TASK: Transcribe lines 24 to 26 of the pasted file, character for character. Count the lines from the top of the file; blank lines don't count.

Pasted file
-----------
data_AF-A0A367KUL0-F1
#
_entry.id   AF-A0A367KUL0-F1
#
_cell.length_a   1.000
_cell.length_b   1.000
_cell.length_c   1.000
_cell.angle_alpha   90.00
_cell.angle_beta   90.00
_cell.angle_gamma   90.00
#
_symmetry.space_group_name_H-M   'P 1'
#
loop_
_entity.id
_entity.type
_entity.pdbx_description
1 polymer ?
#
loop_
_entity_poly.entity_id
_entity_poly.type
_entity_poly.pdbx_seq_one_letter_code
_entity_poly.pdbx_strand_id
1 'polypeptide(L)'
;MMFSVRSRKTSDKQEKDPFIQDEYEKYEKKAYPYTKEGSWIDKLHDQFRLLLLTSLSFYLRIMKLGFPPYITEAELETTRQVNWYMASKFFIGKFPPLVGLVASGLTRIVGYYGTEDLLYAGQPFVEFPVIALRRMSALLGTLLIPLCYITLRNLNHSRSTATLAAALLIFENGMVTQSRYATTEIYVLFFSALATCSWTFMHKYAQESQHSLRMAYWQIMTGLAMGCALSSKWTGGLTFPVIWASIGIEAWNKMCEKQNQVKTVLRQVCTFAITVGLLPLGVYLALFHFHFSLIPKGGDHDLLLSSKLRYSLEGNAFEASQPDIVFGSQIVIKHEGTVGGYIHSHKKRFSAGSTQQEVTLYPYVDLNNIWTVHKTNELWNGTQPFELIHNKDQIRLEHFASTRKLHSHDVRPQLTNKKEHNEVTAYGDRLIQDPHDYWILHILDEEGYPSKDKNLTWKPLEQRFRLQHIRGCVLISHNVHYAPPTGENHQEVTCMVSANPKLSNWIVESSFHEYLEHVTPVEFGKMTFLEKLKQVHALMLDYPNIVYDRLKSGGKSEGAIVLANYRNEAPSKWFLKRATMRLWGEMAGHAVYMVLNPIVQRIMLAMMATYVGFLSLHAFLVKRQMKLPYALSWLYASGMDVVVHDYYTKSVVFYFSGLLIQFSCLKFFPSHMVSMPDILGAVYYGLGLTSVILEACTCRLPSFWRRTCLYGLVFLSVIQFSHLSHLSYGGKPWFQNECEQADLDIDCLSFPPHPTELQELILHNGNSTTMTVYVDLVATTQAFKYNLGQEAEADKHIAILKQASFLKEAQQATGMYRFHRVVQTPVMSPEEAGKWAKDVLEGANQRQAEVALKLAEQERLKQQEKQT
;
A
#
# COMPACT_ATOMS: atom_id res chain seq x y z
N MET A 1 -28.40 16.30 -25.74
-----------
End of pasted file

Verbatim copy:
_entity_poly.pdbx_strand_id
1 'polypeptide(L)'
;MMFSVRSRKTSDKQEKDPFIQDEYEKYEKKAYPYTKEGSWIDKLHDQFRLLLLTSLSFYLRIMKLGFPPYITEAELETTRQVNWYMASKFFIGKFPPLVGLVASGLTRIVGYYGTEDLLYAGQPFVEFPVIALRRMSALLGTLLIPLCYITLRNLNHSRSTATLAAALLIFENGMVTQSRYATTEIYVLFFSALATCSWTFMHKYAQESQHSLRMAYWQIMTGLAMGCALSSKWTGGLTFPVIWASIGIEAWNKMCEKQNQVKTVLRQVCTFAITVGLLPLGVYLALFHFHFSLIPKGGDHDLLLSSKLRYSLEGNAFEASQPDIVFGSQIVIKHEGTVGGYIHSHKKRFSAGSTQQEVTLYPYVDLNNIWTVHKTNELWNGTQPFELIHNKDQIRLEHFASTRKLHSHDVRPQLTNKKEHNEVTAYGDRLIQDPHDYWILHILDEEGYPSKDKNLTWKPLEQRFRLQHIRGCVLISHNVHYAPPTGENHQEVTCMVSANPKLSNWIVESSFHEYLEHVTPVEFGKMTFLEKLKQVHALMLDYPNIVYDRLKSGGKSEGAIVLANYRNEAPSKWFLKRATMRLWGEMAGHAVYMVLNPIVQRIMLAMMATYVGFLSLHAFLVKRQMKLPYALSWLYASGMDVVVHDYYTKSVVFYFSGLLIQFSCLKFFPSHMVSMPDILGAVYYGLGLTSVILEACTCRLPSFWRRTCLYGLVFLSVIQFSHLSHLSYGGKPWFQNECEQADLDIDCLSFPPHPTELQELILHNGNSTTMTVYVDLVATTQAFKYNLGQEAEADKHIAILKQASFLKEAQQATGMYRFHRVVQTPVMSPEEAGKWAKDVLEGANQRQAEVALKLAEQERLKQQEKQT